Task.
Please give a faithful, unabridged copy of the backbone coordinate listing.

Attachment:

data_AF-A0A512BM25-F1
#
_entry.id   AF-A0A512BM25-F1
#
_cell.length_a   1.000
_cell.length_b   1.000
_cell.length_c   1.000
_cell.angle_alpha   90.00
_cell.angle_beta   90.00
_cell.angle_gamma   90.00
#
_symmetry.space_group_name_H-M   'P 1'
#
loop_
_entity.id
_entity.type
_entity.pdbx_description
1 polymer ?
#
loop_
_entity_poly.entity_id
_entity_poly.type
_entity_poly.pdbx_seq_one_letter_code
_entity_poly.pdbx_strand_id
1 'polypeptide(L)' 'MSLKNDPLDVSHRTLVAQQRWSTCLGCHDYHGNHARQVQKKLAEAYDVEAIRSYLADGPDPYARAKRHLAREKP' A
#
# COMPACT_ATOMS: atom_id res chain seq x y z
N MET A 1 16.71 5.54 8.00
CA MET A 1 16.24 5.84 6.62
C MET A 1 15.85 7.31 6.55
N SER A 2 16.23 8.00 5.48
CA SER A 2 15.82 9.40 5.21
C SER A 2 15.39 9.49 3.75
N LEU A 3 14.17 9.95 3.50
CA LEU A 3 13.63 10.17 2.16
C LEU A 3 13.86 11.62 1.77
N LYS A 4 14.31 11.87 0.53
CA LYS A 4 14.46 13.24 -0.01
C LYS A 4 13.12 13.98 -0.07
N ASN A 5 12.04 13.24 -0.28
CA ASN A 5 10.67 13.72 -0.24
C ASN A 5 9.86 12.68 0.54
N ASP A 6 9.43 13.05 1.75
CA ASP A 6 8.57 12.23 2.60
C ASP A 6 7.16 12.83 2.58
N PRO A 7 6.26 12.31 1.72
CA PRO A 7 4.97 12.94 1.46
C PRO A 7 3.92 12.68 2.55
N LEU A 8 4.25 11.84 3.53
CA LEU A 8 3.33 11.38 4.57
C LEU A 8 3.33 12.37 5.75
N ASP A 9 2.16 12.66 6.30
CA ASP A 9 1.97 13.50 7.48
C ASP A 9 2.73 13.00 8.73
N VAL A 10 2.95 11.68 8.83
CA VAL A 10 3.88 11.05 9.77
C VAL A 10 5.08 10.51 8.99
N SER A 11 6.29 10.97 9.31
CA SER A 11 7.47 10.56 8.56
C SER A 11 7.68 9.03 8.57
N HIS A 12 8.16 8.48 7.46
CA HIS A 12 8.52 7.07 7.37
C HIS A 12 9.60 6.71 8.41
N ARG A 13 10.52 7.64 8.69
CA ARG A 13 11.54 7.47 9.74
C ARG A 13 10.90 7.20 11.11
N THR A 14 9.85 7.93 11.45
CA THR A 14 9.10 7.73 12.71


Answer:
data_AF-A0A512BM25-F1
#
_entry.id   AF-A0A512BM25-F1
#
_cell.length_a   1.000
_cell.length_b   1.000
_cell.length_c   1.000
_cell.angle_alpha   90.00
_cell.angle_beta   90.00
_cell.angle_gamma   90.00
#
_symmetry.space_group_name_H-M   'P 1'
#
loop_
_entity.id
_entity.type
_entity.pdbx_description
1 polymer ?
#
loop_
_entity_poly.entity_id
_entity_poly.type
_entity_poly.pdbx_seq_one_letter_code
_entity_poly.pdbx_strand_id
1 'polypeptide(L)' 'MSLKNDPLDVSHRTLVAQQRWSTCLGCHDYHGNHARQVQKKLAEAYDVEAIRSYLADGPDPYARAKRHLAREKP' A
#
# COMPACT_ATOMS: atom_id res chain seq x y z
N MET A 1 16.71 5.54 8.00
CA MET A 1 16.24 5.84 6.62
C MET A 1 15.85 7.31 6.55
N SER A 2 16.23 8.00 5.48
CA SER A 2 15.82 9.40 5.21
C SER A 2 15.39 9.49 3.75
N LEU A 3 14.17 9.95 3.50
CA LEU A 3 13.63 10.17 2.16
C LEU A 3 13.86 11.62 1.77
N LYS A 4 14.31 11.87 0.53
CA LYS A 4 14.46 13.24 -0.01
C LYS A 4 13.12 13.98 -0.07
N ASN A 5 12.04 13.24 -0.28
CA ASN A 5 10.67 13.72 -0.24
C ASN A 5 9.86 12.68 0.54
N ASP A 6 9.43 13.05 1.75
CA ASP A 6 8.57 12.23 2.60
C ASP A 6 7.16 12.83 2.58
N PRO A 7 6.26 12.31 1.72
CA PRO A 7 4.97 12.94 1.46
C PRO A 7 3.92 12.68 2.55
N LEU A 8 4.25 11.84 3.53
CA LEU A 8 3.33 11.38 4.57
C LEU A 8 3.33 12.37 5.75
N ASP A 9 2.16 12.66 6.30
CA ASP A 9 1.97 13.50 7.48
C ASP A 9 2.73 13.00 8.73
N VAL A 10 2.95 11.68 8.83
CA VAL A 10 3.88 11.05 9.77
C VAL A 10 5.08 10.51 8.99
N SER A 11 6.29 10.97 9.31
CA SER A 11 7.47 10.56 8.56
C SER A 11 7.68 9.03 8.57
N HIS A 12 8.16 8.48 7.46
CA HIS A 12 8.52 7.07 7.37
C HIS A 12 9.60 6.71 8.41
N ARG A 13 10.52 7.64 8.69
CA ARG A 13 11.54 7.47 9.74
C ARG A 13 10.90 7.20 11.11
N THR A 14 9.85 7.93 11.45
CA THR A 14 9.10 7.73 12.71